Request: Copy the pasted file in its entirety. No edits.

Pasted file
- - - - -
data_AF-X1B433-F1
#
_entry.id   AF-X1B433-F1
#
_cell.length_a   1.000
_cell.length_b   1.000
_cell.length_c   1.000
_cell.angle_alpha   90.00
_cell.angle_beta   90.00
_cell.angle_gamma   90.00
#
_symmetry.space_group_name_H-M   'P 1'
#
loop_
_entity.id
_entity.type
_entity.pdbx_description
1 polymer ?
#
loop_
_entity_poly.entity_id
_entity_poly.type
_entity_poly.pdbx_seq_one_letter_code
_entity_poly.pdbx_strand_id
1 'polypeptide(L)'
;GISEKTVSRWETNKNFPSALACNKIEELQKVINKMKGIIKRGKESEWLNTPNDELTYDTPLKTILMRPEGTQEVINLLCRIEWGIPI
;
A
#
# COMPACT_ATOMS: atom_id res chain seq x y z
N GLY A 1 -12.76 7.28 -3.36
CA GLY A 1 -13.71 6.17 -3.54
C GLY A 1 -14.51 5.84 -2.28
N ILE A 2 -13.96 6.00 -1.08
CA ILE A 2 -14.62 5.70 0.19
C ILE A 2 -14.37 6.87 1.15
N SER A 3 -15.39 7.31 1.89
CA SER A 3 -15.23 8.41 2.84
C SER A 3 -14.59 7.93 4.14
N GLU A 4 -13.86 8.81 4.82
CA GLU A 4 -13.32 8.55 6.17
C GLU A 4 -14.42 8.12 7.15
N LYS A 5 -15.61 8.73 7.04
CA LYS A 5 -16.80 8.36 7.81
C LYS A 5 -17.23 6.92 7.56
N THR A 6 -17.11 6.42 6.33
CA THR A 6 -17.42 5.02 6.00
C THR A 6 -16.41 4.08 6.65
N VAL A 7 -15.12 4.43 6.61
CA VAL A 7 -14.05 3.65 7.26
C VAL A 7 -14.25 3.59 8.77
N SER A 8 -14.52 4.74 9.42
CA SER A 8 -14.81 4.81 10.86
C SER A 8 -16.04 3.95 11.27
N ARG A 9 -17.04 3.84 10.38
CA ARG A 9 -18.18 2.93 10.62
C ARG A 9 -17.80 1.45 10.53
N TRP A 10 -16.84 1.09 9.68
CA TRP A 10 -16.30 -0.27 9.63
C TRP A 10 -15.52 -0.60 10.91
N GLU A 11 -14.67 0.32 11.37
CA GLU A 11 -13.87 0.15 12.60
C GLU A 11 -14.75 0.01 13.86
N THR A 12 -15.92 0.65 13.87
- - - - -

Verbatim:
data_AF-X1B433-F1
#
_entry.id   AF-X1B433-F1
#
_cell.length_a   1.000
_cell.length_b   1.000
_cell.length_c   1.000
_cell.angle_alpha   90.00
_cell.angle_beta   90.00
_cell.angle_gamma   90.00
#
_symmetry.space_group_name_H-M   'P 1'
#
loop_
_entity.id
_entity.type
_entity.pdbx_description
1 polymer ?
#
loop_
_entity_poly.entity_id
_entity_poly.type
_entity_poly.pdbx_seq_one_letter_code
_entity_poly.pdbx_strand_id
1 'polypeptide(L)'
;GISEKTVSRWETNKNFPSALACNKIEELQKVINKMKGIIKRGKESEWLNTPNDELTYDTPLKTILMRPEGTQEVINLLCRIEWGIPI
;
A
#
# COMPACT_ATOMS: atom_id res chain seq x y z
N GLY A 1 -12.76 7.28 -3.36
CA GLY A 1 -13.71 6.17 -3.54
C GLY A 1 -14.51 5.84 -2.28
N ILE A 2 -13.96 6.00 -1.08
CA ILE A 2 -14.62 5.70 0.19
C ILE A 2 -14.37 6.87 1.15
N SER A 3 -15.39 7.31 1.89
CA SER A 3 -15.23 8.41 2.84
C SER A 3 -14.59 7.93 4.14
N GLU A 4 -13.86 8.81 4.82
CA GLU A 4 -13.32 8.55 6.17
C GLU A 4 -14.42 8.12 7.15
N LYS A 5 -15.61 8.73 7.04
CA LYS A 5 -16.80 8.36 7.81
C LYS A 5 -17.23 6.92 7.56
N THR A 6 -17.11 6.42 6.33
CA THR A 6 -17.42 5.02 6.00
C THR A 6 -16.41 4.08 6.65
N VAL A 7 -15.12 4.43 6.61
CA VAL A 7 -14.05 3.65 7.26
C VAL A 7 -14.25 3.59 8.77
N SER A 8 -14.52 4.74 9.42
CA SER A 8 -14.81 4.81 10.86
C SER A 8 -16.04 3.95 11.27
N ARG A 9 -17.04 3.84 10.38
CA ARG A 9 -18.18 2.93 10.62
C ARG A 9 -17.80 1.45 10.53
N TRP A 10 -16.84 1.09 9.68
CA TRP A 10 -16.30 -0.27 9.63
C TRP A 10 -15.52 -0.60 10.91
N GLU A 11 -14.67 0.32 11.37
CA GLU A 11 -13.87 0.15 12.60
C GLU A 11 -14.75 0.01 13.86
N THR A 12 -15.92 0.65 13.87